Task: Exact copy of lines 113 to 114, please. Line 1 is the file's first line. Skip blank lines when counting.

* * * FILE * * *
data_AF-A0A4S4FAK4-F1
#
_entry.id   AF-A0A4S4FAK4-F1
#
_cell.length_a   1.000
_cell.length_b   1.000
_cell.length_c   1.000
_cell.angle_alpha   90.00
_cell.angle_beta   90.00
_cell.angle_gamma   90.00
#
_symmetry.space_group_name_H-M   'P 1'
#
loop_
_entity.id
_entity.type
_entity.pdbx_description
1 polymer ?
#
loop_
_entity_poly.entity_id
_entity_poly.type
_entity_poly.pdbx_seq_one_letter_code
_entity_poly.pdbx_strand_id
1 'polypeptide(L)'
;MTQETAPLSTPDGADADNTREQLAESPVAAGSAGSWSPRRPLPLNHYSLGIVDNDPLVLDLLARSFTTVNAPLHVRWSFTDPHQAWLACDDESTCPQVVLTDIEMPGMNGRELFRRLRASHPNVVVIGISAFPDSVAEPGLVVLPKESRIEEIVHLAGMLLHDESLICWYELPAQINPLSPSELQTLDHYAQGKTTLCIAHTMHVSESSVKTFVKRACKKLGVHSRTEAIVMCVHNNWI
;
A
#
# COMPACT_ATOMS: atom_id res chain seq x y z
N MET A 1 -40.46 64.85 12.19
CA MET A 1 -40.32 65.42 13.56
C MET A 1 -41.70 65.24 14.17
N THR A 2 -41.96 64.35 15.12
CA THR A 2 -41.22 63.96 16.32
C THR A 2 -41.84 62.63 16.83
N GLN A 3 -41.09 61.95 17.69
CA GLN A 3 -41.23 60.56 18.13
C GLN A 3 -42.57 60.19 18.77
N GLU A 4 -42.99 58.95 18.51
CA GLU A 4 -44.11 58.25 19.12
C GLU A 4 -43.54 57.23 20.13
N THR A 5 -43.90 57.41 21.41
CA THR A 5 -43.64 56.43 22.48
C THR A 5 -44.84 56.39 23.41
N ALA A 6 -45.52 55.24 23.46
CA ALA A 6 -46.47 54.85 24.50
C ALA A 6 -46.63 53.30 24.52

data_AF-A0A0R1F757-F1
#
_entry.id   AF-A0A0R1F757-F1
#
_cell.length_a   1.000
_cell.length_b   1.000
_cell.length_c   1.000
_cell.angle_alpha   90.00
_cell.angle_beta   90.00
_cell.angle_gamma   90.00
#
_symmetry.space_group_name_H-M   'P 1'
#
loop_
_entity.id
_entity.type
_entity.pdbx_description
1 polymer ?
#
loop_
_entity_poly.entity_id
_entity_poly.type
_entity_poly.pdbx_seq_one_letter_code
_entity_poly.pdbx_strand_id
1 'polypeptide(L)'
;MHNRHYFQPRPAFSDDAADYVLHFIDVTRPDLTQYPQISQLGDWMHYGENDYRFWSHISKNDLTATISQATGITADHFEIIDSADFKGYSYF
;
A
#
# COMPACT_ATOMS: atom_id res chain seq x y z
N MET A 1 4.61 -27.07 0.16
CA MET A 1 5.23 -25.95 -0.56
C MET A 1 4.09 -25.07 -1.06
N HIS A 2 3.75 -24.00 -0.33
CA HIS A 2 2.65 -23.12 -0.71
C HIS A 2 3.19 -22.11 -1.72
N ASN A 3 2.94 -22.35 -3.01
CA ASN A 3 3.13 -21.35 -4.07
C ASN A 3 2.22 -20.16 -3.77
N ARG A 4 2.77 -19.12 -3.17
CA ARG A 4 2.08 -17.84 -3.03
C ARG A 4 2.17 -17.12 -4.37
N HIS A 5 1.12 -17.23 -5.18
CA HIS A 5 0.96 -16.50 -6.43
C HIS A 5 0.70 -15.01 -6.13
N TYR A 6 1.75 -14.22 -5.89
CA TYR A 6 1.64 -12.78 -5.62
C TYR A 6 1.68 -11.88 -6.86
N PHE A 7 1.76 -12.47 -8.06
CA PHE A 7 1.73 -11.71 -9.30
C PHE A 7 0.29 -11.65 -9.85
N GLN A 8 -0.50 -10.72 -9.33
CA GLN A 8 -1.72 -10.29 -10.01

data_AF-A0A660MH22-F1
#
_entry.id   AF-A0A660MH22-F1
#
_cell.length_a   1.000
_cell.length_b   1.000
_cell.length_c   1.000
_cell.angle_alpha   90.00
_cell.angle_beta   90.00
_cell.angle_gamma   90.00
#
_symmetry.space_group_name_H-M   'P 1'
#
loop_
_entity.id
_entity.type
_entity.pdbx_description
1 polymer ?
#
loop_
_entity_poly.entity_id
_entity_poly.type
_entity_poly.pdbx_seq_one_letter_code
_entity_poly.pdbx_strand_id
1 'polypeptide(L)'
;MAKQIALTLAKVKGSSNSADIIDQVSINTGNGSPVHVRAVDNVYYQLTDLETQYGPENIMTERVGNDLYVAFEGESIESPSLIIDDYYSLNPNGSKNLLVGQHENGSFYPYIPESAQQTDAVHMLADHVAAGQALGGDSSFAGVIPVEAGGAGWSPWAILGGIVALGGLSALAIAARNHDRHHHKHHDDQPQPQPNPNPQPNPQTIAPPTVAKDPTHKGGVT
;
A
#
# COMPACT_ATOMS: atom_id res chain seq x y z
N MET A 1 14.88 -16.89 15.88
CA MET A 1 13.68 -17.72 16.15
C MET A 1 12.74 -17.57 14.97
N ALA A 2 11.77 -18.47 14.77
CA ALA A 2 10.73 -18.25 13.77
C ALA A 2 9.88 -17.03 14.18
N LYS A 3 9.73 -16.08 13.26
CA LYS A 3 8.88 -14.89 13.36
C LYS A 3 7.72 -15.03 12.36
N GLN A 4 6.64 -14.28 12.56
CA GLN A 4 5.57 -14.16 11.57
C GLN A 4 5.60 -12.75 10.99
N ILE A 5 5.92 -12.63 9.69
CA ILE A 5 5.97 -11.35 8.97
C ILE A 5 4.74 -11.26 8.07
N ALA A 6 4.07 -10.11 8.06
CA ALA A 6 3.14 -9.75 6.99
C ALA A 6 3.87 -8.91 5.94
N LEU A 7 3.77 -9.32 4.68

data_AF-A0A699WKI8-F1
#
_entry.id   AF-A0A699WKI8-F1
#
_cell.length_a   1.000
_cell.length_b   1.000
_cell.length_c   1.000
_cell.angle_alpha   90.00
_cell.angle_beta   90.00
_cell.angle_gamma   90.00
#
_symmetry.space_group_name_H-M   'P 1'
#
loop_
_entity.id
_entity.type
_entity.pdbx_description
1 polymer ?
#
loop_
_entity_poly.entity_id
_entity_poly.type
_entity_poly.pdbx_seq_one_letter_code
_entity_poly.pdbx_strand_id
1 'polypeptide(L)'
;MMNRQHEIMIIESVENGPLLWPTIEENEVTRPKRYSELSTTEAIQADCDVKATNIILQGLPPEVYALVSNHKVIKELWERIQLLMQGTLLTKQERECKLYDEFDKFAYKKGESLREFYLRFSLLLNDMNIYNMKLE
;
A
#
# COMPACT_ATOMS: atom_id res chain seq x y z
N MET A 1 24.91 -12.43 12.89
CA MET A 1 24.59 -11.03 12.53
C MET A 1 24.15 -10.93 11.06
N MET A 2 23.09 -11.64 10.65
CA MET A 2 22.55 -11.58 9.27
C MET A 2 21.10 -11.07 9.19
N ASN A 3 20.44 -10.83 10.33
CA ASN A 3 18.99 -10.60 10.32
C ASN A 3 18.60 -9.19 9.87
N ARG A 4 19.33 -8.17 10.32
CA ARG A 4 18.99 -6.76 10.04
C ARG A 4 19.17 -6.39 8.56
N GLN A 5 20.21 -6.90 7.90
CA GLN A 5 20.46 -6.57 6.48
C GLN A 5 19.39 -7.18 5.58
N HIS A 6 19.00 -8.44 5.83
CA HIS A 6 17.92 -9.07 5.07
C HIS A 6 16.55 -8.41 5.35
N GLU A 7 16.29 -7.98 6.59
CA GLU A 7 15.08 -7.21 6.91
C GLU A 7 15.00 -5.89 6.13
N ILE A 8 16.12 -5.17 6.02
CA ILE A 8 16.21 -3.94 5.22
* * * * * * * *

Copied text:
_symmetry.space_group_name_H-M   'P 1'
#